Physician Fee Policy and Medicaid Program Costs

36 Pages Posted: 20 Sep 2000 Last revised: 21 Aug 2021

See all articles by Jonathan Gruber

Jonathan Gruber

Massachusetts Institute of Technology (MIT) - Department of Economics; National Bureau of Economic Research (NBER)

Kathleen Adams

Emory University - Department of Economics

Joseph P. Newhouse

Harvard Medical School; Harvard Kennedy School (HKS); National Bureau of Economic Research (NBER); Harvard University - Harvard Kennedy School (HKS)

Date Written: July 1997

Abstract

We investigate the hypothesis that increasing access for the indigent to physician offices shifts care from hospital outpatient settings and lowers Medicaid costs (the so-called offset effect'). To evaluate this hypothesis we exploit a large increase in physician fees in the Tennessee Medicaid program, using Georgia as a control. We find that beneficiaries shifted care from clinics to offices, but that there was little or no shifting from hospital outpatient departments or emergency rooms. Thus, we find no offset effect in outpatient expenditures. Inpatient admissions and expenditures fell, reducing overall program spending eight percent. Because the inpatient reduction did not occur in ambulatory-care-sensitive diagnoses, however, we cannot demonstrate a causal relationship with the fee change.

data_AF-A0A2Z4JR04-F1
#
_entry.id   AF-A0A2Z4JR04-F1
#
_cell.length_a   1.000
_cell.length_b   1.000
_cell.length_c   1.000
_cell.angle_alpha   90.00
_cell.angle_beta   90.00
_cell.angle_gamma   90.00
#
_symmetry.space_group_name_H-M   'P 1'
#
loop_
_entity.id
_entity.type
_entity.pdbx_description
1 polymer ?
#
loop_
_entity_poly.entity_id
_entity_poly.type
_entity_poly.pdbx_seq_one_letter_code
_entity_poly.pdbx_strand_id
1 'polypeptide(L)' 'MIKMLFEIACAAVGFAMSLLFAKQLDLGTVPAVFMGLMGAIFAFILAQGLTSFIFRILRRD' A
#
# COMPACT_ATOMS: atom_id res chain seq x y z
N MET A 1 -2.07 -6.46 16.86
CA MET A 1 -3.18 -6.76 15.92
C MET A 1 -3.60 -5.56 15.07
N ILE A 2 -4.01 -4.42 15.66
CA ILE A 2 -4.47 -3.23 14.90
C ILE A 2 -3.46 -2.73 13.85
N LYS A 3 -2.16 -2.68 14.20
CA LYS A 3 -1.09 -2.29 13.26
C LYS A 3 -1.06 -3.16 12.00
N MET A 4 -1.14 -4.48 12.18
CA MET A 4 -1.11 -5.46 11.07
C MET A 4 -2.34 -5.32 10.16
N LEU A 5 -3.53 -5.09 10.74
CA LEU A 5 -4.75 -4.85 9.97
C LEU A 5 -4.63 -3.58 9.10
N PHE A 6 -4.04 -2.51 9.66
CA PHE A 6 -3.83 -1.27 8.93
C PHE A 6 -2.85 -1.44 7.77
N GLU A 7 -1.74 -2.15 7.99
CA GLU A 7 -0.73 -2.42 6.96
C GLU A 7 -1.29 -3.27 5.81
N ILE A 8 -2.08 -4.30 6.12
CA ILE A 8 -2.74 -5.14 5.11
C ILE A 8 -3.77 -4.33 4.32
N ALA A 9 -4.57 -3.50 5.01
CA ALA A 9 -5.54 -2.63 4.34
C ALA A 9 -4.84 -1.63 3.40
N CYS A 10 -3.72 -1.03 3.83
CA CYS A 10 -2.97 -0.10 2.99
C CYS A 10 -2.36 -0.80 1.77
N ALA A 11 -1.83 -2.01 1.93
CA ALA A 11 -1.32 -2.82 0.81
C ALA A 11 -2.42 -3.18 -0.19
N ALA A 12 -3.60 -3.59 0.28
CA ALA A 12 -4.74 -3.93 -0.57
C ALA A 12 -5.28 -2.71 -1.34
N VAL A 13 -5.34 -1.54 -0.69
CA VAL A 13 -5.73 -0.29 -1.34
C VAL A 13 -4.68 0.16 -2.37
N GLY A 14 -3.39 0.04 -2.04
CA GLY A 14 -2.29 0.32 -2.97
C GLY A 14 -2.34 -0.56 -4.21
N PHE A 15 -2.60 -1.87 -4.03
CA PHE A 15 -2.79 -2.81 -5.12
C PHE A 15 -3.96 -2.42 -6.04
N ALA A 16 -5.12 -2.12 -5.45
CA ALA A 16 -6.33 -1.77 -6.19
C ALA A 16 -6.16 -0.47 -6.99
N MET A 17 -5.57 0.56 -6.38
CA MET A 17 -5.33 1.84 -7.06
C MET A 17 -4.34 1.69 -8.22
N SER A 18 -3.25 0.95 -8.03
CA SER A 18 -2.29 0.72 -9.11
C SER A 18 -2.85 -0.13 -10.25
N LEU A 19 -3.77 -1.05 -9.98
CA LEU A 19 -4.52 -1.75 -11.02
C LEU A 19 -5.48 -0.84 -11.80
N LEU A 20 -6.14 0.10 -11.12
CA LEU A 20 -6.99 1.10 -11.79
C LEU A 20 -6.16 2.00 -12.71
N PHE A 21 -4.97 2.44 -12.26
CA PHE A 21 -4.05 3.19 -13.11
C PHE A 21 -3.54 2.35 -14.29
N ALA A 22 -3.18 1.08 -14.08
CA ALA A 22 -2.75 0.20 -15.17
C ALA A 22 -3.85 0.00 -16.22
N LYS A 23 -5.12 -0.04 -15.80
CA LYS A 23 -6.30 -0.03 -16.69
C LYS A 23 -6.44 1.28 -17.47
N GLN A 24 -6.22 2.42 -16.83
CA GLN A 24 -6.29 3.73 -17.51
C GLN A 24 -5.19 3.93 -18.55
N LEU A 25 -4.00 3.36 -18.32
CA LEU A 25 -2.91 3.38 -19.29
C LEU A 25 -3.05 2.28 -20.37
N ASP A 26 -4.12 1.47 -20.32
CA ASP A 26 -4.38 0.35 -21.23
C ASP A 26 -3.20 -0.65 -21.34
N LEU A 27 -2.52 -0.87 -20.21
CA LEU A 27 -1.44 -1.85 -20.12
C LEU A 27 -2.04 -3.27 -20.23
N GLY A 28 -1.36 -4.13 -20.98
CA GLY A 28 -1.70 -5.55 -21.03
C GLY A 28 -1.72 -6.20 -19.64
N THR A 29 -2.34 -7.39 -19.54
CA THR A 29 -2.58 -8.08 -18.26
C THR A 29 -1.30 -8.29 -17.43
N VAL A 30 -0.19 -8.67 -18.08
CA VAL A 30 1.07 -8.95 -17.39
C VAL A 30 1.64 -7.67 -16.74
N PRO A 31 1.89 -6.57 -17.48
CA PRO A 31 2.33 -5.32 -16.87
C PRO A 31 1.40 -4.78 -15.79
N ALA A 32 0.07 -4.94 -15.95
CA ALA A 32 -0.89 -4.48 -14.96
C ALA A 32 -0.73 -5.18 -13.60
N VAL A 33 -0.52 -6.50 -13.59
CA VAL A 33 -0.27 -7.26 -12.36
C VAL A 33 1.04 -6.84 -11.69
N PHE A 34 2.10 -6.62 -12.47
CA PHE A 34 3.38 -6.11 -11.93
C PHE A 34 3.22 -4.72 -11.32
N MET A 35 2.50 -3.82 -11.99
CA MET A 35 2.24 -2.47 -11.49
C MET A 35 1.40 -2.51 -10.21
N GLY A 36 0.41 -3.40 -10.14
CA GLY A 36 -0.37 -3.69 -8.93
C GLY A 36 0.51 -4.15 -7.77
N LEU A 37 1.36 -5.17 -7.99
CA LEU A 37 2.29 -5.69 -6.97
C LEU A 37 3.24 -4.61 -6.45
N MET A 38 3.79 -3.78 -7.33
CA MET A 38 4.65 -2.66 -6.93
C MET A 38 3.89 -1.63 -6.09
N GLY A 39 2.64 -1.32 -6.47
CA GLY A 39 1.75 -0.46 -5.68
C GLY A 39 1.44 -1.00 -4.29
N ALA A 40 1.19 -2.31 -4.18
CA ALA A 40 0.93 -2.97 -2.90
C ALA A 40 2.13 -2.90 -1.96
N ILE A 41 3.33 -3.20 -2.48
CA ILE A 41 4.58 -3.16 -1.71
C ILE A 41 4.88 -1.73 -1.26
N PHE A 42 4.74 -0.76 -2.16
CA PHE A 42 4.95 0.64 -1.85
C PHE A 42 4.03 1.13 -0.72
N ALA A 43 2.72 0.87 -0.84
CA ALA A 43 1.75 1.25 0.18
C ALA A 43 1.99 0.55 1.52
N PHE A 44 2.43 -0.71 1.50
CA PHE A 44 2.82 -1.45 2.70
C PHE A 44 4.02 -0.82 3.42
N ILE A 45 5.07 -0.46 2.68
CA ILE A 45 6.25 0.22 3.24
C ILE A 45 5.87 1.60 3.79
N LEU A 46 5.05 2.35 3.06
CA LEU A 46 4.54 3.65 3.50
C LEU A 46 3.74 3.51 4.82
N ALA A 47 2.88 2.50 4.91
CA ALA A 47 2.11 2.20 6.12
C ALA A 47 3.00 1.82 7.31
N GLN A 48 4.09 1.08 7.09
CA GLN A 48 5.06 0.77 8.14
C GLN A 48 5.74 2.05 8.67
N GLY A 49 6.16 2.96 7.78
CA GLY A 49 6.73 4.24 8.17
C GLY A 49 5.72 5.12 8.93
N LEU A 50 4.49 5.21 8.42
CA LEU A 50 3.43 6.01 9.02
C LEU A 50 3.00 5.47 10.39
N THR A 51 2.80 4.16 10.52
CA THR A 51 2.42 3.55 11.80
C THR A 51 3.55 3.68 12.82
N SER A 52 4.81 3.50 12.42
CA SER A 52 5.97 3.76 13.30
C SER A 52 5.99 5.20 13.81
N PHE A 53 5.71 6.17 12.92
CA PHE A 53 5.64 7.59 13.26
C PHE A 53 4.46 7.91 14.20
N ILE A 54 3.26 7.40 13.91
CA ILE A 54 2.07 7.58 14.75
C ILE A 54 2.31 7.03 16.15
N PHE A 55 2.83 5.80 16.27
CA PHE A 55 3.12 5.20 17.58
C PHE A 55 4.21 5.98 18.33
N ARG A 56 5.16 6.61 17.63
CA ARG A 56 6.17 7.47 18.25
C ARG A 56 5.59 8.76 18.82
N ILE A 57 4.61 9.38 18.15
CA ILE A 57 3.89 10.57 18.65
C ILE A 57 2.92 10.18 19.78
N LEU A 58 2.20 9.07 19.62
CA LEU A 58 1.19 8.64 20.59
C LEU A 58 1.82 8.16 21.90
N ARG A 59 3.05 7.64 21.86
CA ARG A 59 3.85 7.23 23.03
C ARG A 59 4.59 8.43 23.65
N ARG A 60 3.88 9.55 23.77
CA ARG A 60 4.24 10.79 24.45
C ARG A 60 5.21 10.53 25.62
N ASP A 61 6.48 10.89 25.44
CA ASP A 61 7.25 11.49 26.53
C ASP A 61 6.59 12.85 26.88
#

Suggested Citation

Gruber, Jonathan and Adams, Kathleen and Newhouse, Joseph P., Physician Fee Policy and Medicaid Program Costs (July 1997). NBER Working Paper No. w6087, Available at SSRN: https://ssrn.com/abstract=226492

Jonathan Gruber (Contact Author)

Massachusetts Institute of Technology (MIT) - Department of Economics ( email )

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National Bureau of Economic Research (NBER)

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Kathleen Adams

Emory University - Department of Economics

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Joseph P. Newhouse

Harvard Medical School; Harvard Kennedy School (HKS) ( email )

Department of Health Care Policy
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United States

National Bureau of Economic Research (NBER)

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United States

Harvard University - Harvard Kennedy School (HKS) ( email )

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